Table of Contents
Journal of Photonics
Volume 2014, Article ID 327586, 7 pages
Research Article

Simulation and Measurement of Solar Harvesting Enhancement of Silver Plasmonic Nanoparticles on GaSb Nanodots

1Applied Plasmonics (H34), Centre for Micro-Photonics, Faculty of Science, Engineering and Technology, Swinburne University of Technology, Hawthorn, P.O. Box 218, Hawthorn, VIC 3122, Australia
2Melbourne Centre for Nanofabrication (MCN), Australian National Fabrication Facility (ANFF), Clayton, VIC 3168, Australia
3FCIPT, Institute for Plasma Research, Gandhinagar, Gujarat 382 428, India
4School of Engineering, Deakin University, Geelong, VIC 3216, Australia

Received 31 October 2013; Revised 12 February 2014; Accepted 26 February 2014; Published 24 March 2014

Academic Editor: Philippe Delaporte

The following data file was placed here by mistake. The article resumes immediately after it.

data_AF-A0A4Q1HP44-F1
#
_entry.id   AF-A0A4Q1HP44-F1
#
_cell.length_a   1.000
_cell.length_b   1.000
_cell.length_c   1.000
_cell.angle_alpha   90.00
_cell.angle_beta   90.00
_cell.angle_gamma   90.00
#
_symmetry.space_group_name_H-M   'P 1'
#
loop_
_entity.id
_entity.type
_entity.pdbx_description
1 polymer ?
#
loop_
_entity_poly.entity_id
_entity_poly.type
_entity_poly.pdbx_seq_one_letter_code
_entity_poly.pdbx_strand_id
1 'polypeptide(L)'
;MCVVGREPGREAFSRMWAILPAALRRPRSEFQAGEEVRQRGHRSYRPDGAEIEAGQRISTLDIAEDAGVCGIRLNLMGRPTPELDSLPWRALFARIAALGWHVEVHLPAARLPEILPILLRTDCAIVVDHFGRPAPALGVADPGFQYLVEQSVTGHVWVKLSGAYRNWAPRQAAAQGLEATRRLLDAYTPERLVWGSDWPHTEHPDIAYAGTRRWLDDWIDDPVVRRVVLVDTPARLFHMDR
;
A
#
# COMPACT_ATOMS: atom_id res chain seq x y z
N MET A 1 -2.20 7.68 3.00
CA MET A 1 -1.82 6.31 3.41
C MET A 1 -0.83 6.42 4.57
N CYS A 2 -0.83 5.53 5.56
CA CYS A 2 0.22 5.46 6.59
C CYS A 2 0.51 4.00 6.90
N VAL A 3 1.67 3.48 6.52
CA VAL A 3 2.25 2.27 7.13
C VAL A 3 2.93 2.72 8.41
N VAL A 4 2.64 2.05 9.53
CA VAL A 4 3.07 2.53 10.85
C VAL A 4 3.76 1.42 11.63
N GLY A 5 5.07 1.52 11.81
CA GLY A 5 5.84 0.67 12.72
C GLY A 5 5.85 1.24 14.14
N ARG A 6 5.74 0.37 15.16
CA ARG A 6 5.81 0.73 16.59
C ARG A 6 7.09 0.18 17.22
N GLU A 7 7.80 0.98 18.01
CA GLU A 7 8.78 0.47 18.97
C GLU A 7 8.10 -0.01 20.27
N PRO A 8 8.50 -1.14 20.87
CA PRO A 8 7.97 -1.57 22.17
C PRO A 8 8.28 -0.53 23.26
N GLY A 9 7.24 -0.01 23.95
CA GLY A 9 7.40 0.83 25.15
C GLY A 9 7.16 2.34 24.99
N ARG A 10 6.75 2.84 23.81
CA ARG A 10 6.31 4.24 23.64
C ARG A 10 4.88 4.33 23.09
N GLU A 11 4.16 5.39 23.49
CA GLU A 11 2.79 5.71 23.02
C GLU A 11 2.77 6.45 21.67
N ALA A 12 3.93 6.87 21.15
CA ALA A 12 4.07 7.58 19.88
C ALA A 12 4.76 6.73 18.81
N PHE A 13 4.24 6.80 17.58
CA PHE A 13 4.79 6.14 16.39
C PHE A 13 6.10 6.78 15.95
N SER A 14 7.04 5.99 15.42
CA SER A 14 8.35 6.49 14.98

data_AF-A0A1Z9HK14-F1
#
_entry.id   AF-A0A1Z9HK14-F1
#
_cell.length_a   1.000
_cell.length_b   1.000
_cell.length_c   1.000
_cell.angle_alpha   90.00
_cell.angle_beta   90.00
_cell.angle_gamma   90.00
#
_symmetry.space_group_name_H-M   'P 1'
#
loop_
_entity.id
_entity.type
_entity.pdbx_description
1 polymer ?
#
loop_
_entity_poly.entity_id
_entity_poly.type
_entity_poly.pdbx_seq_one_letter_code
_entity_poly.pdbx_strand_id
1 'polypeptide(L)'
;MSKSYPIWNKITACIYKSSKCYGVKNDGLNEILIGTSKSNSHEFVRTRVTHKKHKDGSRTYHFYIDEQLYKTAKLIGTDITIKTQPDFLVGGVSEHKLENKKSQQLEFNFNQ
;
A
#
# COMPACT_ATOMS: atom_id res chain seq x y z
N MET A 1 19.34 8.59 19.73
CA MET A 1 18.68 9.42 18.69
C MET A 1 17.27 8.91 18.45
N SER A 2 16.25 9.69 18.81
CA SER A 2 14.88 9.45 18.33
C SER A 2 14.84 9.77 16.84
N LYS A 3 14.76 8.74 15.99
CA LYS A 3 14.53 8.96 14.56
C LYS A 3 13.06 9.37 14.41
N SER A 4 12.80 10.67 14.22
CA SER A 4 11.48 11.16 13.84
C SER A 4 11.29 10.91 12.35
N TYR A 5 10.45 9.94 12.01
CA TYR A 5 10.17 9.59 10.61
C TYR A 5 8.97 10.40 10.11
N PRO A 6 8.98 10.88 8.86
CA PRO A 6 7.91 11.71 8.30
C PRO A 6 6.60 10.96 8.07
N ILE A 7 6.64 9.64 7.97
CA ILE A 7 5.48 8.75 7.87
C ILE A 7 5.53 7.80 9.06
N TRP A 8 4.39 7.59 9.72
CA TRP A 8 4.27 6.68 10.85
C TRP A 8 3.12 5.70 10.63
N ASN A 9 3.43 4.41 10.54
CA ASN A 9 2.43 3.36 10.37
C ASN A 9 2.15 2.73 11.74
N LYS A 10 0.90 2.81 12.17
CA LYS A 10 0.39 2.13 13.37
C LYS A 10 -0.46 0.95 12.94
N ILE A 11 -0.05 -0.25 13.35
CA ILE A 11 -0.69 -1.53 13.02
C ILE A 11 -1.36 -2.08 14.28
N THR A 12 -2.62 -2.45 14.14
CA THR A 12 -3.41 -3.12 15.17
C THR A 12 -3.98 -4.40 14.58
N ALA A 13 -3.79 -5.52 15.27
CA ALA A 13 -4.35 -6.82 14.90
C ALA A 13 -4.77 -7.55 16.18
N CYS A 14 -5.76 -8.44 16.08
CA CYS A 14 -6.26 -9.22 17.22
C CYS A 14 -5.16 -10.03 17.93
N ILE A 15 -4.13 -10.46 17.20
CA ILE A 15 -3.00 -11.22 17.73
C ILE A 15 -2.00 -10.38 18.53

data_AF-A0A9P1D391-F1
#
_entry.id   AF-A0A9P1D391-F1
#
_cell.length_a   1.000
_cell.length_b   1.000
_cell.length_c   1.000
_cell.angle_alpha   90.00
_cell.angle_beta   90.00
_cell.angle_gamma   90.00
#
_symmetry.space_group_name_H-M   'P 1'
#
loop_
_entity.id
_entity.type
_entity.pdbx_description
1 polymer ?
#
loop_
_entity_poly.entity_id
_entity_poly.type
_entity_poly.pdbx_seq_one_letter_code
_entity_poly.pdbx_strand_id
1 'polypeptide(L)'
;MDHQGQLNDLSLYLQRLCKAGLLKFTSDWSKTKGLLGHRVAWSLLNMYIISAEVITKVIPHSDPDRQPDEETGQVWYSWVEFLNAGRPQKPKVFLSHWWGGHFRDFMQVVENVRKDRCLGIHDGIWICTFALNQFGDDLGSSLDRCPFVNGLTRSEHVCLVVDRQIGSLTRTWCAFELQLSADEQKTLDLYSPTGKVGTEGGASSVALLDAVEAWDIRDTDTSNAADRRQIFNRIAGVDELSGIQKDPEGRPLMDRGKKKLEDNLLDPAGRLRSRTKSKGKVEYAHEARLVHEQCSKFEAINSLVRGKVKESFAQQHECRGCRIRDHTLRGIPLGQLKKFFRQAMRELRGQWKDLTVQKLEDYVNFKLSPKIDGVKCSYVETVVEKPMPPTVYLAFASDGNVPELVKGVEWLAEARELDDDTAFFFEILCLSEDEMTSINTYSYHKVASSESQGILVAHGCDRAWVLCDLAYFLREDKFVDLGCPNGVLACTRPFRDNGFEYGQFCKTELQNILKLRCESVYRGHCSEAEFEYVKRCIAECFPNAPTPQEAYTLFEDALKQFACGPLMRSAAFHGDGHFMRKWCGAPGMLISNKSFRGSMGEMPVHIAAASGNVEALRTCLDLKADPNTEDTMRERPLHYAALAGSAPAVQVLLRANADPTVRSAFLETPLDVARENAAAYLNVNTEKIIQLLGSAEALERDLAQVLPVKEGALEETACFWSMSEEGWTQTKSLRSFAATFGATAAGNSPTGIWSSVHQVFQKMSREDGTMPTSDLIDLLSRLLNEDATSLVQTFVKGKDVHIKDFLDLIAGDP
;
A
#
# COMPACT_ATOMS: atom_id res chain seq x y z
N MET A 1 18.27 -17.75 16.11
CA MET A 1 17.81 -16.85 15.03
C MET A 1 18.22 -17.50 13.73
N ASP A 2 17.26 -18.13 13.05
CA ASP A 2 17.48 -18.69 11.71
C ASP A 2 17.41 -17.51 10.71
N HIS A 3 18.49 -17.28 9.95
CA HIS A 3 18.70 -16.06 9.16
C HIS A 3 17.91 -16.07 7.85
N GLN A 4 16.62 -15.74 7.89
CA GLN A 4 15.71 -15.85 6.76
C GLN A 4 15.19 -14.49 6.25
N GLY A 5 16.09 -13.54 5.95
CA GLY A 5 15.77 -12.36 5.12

Copyright © 2014 Lorenzo Rosa et al. This is an open access article distributed under the Creative Commons Attribution License, which permits unrestricted use, distribution, and reproduction in any medium, provided the original work is properly cited.


The performance of a plasmonic antireflection layer which can be utilized for deep-space radiationresistant GaSb solar cells is investigated numerically and experimentally. The layer consists of nanodots made by plasma etching of a GaSb substrate and subsequent physical vapor deposition of Ag nanoparticles on the nanodot tips, in a partially ordered configuration determined by the plasma energy level. This technique is readily applicable to patterning of silicon. We measure the substrate reflectivity and model the reflection and absorption of the substrates using the 3D finite difference time domain (FDTD) method, which are realistically imported as 3D layers from the scanning electron microscopy (SEM) images. The variation of the height of the Ag nanoparticles on top of the GaSb pillars shows that the plasmonic effect remarkably enhances the absorption. The presence of GaSb pillars enhances absorption and tunes the maximum absorption wavelength peak.